ShareThis Page

Holiday Park construction costs to rise

| Wednesday, July 17, 2013, 9:00 p.m.

A snag in the construction of a new Plum School District elementary building is expected to increase the cost.

Steven Ackerman, project manager for L.R. Kimball, the district's architect for the new Holiday Park Elementary School, told Plum School Board members some changes need to be made because of low water pressure.

The water pressure is inadequate for the demands of the new school, Ackerman said during last week's facilities committee meeting.

The building is set to be constructed on the site of the Adlai Stevenson Elementary School.

Students will attend the former Pivik building during the construction.

Ackerman said Kimball staff members are looking at installing both a water booster pump as well as a pump for the sprinkler system in the new building.

The pumps would be installed in a room that either could be added on to the building, or existing space in the designed building could be used.

Adding onto the building would cost more than using existing space, Ackerman said.

Also, there is not a lot of space on the site to place even a small addition, he said.

About 150 square feet is needed, Ackerman said.

He estimates the two pumps would cost $50,000 to $100,000.

Additionally, Kimball would charge the district about $20,000 to $25,000 for the design of the pumps.

Ackerman plans to have more information for the board later this month.

The school board approved spending a maximum $13.8 million on the new building and a maximum $20 million on the project.

The pump situation could push back about a week sending out the bid documents, Ackerman said, and the construction schedule also could be delayed slightly.

Construction had been scheduled to begin in September and take 14 months, said Dennis Russo, the district's representative on construction projects, who oversees contractors for various projects.

The two-story, 75,000-square-foot building will have the capacity for 725 students. Separate drop-off points and entrances for bus and car-riders are planned.

The Adlai Stevenson building is being demolished.

Meanwhile, preparation of the former Pivik building continues, said district facilities Supervisor Bob Holleran.

Adlai Stevenson students will attend the former Pivik throughout the construction of the new Holiday Park school.

Karen Zapf is a staff writer for Trib Total Media. She can be reached at 412-856-7400, ext. 8753, or

TribLIVE commenting policy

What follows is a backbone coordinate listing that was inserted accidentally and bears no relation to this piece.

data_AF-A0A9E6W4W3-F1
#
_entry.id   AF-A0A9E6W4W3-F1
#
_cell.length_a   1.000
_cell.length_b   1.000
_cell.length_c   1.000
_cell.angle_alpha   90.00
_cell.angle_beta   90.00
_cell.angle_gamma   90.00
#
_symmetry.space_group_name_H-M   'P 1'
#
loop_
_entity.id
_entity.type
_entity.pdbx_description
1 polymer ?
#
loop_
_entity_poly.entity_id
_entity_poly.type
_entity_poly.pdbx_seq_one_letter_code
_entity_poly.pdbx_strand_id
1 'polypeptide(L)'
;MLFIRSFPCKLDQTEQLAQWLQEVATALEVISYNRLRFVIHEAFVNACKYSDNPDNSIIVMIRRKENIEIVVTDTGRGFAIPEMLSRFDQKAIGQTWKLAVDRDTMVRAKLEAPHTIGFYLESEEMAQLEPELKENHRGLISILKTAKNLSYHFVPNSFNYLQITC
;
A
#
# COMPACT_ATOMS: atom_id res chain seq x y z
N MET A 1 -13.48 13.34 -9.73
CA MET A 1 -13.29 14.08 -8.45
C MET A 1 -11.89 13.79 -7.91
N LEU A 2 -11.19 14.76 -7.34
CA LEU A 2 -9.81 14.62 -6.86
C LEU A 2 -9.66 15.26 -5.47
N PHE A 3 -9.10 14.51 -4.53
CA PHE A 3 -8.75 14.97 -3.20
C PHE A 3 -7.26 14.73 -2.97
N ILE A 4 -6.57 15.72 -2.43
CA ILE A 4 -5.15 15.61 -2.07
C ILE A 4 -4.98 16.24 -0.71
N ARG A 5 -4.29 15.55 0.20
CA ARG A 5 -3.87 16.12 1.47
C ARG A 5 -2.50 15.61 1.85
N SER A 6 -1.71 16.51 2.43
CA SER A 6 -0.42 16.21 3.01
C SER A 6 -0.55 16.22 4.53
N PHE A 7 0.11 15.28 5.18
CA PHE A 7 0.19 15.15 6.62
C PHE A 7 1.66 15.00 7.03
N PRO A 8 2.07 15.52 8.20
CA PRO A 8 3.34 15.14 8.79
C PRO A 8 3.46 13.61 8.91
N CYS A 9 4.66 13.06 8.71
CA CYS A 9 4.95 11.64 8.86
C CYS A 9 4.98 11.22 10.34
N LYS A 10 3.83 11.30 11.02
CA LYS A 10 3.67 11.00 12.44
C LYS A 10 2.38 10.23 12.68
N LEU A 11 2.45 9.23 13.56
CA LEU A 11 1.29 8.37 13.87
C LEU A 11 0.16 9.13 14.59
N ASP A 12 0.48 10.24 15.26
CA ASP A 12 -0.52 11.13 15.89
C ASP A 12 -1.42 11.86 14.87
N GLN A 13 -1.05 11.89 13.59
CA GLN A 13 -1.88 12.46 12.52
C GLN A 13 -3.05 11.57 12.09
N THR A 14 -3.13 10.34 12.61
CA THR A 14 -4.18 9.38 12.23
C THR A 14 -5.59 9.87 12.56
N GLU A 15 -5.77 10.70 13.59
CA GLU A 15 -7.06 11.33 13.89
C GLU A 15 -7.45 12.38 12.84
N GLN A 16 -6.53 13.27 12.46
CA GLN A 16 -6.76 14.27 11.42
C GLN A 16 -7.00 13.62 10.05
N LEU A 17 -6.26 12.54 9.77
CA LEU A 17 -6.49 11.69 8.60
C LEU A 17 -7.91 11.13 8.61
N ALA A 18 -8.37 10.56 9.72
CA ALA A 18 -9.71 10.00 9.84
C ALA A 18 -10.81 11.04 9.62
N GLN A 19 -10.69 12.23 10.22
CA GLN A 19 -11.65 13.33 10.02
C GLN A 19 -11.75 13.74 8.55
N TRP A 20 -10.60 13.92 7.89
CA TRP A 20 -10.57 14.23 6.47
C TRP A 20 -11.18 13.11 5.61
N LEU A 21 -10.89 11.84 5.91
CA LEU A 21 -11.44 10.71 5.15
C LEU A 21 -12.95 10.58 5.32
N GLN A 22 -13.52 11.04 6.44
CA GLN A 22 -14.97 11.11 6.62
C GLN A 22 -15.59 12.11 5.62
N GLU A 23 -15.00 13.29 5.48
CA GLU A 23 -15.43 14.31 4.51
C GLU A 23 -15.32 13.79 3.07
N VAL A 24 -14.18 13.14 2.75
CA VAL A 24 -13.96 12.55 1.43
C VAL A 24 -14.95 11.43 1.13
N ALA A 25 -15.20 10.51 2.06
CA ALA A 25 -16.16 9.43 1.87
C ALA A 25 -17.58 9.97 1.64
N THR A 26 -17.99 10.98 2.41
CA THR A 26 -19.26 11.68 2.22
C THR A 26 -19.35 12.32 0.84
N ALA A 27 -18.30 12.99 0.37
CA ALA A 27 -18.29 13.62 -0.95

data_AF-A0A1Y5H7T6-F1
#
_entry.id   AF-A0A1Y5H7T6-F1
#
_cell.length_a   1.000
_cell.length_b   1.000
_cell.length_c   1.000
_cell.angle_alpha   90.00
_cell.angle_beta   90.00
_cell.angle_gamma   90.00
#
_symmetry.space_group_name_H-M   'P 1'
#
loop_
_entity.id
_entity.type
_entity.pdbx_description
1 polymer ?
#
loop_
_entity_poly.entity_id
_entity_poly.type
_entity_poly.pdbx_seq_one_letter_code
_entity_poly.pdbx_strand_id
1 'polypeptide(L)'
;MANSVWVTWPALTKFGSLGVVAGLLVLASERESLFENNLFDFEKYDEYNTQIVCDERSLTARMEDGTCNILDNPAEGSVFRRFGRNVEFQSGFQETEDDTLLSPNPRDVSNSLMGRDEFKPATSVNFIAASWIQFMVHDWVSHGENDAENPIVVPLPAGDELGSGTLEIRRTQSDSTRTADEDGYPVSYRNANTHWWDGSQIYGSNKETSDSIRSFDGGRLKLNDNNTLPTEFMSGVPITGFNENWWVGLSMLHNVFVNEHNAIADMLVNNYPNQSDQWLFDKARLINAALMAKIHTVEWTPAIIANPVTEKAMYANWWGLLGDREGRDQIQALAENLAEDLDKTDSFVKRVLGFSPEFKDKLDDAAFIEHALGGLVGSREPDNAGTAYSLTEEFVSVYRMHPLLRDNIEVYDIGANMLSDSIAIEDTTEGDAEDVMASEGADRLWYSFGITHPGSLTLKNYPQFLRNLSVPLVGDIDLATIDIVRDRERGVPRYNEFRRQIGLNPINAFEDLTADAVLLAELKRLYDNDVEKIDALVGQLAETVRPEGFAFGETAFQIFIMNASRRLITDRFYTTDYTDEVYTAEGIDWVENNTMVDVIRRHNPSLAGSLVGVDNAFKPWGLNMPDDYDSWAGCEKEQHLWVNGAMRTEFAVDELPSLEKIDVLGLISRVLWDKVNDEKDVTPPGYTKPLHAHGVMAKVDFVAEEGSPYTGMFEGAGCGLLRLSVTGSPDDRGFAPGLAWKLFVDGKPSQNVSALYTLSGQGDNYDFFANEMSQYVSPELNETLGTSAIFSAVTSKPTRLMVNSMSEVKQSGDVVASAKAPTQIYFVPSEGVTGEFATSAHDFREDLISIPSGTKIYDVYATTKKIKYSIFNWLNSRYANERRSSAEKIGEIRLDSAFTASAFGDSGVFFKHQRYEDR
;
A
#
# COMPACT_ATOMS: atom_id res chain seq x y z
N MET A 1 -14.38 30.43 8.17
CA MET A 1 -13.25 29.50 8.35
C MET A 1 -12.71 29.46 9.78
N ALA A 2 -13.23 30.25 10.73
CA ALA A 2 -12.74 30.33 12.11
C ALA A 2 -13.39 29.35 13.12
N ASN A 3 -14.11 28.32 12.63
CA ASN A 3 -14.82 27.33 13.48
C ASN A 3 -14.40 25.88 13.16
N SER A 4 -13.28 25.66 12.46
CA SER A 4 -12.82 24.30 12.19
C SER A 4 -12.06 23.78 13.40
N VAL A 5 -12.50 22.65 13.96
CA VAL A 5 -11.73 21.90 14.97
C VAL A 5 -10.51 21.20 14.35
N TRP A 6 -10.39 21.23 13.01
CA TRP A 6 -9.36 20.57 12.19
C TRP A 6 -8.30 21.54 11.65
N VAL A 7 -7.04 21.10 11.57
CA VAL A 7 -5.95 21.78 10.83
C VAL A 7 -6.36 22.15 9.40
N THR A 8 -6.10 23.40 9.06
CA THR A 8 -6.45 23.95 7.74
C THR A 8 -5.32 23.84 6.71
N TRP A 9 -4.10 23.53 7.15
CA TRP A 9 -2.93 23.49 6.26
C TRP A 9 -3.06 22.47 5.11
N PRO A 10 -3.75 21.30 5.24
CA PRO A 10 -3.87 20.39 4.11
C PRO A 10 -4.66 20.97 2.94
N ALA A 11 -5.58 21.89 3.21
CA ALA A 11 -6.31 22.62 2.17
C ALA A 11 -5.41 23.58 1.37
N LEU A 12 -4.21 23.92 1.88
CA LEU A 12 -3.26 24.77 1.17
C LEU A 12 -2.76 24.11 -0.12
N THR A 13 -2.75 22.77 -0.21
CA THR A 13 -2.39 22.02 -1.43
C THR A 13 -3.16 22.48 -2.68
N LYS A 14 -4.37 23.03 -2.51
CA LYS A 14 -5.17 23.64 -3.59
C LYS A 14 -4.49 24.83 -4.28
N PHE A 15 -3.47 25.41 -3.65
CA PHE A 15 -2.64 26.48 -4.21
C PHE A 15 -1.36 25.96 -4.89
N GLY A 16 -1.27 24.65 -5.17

You are solely responsible for your comments and by using you agree to our Terms of Service.

We moderate comments. Our goal is to provide substantive commentary for a general readership. By screening submissions, we provide a space where readers can share intelligent and informed commentary that enhances the quality of our news and information.

While most comments will be posted if they are on-topic and not abusive, moderating decisions are subjective. We will make them as carefully and consistently as we can. Because of the volume of reader comments, we cannot review individual moderation decisions with readers.

We value thoughtful comments representing a range of views that make their point quickly and politely. We make an effort to protect discussions from repeated comments either by the same reader or different readers

We follow the same standards for taste as the daily newspaper. A few things we won't tolerate: personal attacks, obscenity, vulgarity, profanity (including expletives and letters followed by dashes), commercial promotion, impersonations, incoherence, proselytizing and SHOUTING. Don't include URLs to Web sites.

We do not edit comments. They are either approved or deleted. We reserve the right to edit a comment that is quoted or excerpted in an article. In this case, we may fix spelling and punctuation.

We welcome strong opinions and criticism of our work, but we don't want comments to become bogged down with discussions of our policies and we will moderate accordingly.

We appreciate it when readers and people quoted in articles or blog posts point out errors of fact or emphasis and will investigate all assertions. But these suggestions should be sent via e-mail. To avoid distracting other readers, we won't publish comments that suggest a correction. Instead, corrections will be made in a blog post or in an article.